Serena Williams celebrates after beating Victoria Azarenka at the 2014 Brisbane International on January 4, 2014 in Brisbane, Australia.
Photograph by Bradley Kanaris—Getty Images
By Kia Kokalitcheva
May 12, 2015

Aspiring actors already look to Dustin Hoffman for how to perform in front of cameras. Now they can get a more formal acting lesson from the Oscar Award winner.

MasterClass, a startup premiering Tuesday, sells online courses about a variety of topics taught by experts and, in some cases, celebrities like Hoffman and tennis star Serena Williams. The company is debuting with only a handful of courses, but expects to add more soon.

In the last few years, online courses have gained traction with students because of the convenience of learning from home and their lower cost. Companies like Khan Academy, Coursera, Udacity, and Udemy have all attracted big followings for their classes, which are led by both well-known academics as well as little-known professionals.

MasterClass’s founders, David Rogier and Aaron Rasmussen, came up with their take on the phenomenon as a way to help people learn from some of the most qualified people in their respective fields. The classes themselves are little different than most others online except for who is behind the proverbial lectern.

“We wanted to do something in education,” Rogier told Fortune. “Then we were like, ‘Okay, if we could make our ideal class, who would we want to take classes from?’”

Courses, which cost $90, are broken into about 20 to 24 chapters, which students can access from their smartphone, tablets or computers. They can complete the classes at their own pace and connect with fellow students online as they work through the material.

Beyond the basic courses, Rogier and Rasmussen provide additional materials for students. For a class about writing led by author James Patterson, for instance, students get a draft of one of his books so they can practice with editing. Meanwhile, those trying to hone their tennis games can upload a video of their backhand so Williams can give them feedback. How many of them she’ll actually watch and critique is unclear.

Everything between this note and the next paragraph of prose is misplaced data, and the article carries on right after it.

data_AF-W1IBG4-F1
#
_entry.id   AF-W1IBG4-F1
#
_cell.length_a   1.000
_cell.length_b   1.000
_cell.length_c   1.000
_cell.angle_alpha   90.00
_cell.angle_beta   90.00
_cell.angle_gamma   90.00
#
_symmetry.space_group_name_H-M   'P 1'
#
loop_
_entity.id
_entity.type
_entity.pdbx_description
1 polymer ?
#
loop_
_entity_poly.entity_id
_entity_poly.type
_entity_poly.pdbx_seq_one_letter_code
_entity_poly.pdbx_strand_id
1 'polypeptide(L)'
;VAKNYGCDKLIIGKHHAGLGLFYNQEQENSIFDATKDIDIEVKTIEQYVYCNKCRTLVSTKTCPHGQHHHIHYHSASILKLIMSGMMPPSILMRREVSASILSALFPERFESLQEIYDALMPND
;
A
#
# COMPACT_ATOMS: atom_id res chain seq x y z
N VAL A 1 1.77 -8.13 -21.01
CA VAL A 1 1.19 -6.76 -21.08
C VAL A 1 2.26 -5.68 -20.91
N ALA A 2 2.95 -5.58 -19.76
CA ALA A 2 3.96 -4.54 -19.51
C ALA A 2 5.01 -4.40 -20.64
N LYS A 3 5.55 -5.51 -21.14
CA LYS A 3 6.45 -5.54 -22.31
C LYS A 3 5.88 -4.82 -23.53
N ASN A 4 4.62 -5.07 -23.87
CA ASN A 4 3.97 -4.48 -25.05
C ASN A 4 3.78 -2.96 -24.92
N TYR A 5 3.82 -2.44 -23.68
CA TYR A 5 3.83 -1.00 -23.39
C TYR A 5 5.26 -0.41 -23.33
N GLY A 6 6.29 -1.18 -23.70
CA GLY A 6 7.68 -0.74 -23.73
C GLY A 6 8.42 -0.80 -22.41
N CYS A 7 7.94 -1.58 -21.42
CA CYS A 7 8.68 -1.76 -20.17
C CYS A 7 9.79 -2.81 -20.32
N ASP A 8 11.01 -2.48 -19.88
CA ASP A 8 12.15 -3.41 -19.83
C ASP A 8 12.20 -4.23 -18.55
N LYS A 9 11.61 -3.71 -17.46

MasterClasses’ founders said that these celebrity experts were surprisingly receptive to the idea of teaching online courses. Filming takes around three days of their time and, if they chose, additional time to give online feedback.

“Tech and online education is also now more mainstream,” Rogier said in talking about why celebrities are participating. “We are changing the approach to it, and I think that’s exciting to them.”

Of course, celebrities are no strangers to lending their image and teaching skills to the masses — for a fee. Stars of the VHS era routinely taped how-to videos about how to hit a forehand, aerobic exercises, and cook.

In recent years, many celebrities have also dabbled in tech products to enhance their image including music artist Will.i.am’s foray into wearable technology and reality TV star Kim Kardashian’s hit video game.

Rogier and Rasmussen confirmed that the celebrity teachers are paid for their work, although they declined to share the details. And given how wealthy many of these celebrities already are, that pay may well include equity in the company instead of just a few bucks for each course that the public buys.

Usher, the hip-hop singer who has a MasterClass course under production, has invested an undisclosed amount in the company.

In addition to the three classes available Tuesday taught by Hoffman, Williams, and Patterson, MasterClass plans courses by Usher and photographer Annie Leibovitz.

For more about education, watch this Fortune video:

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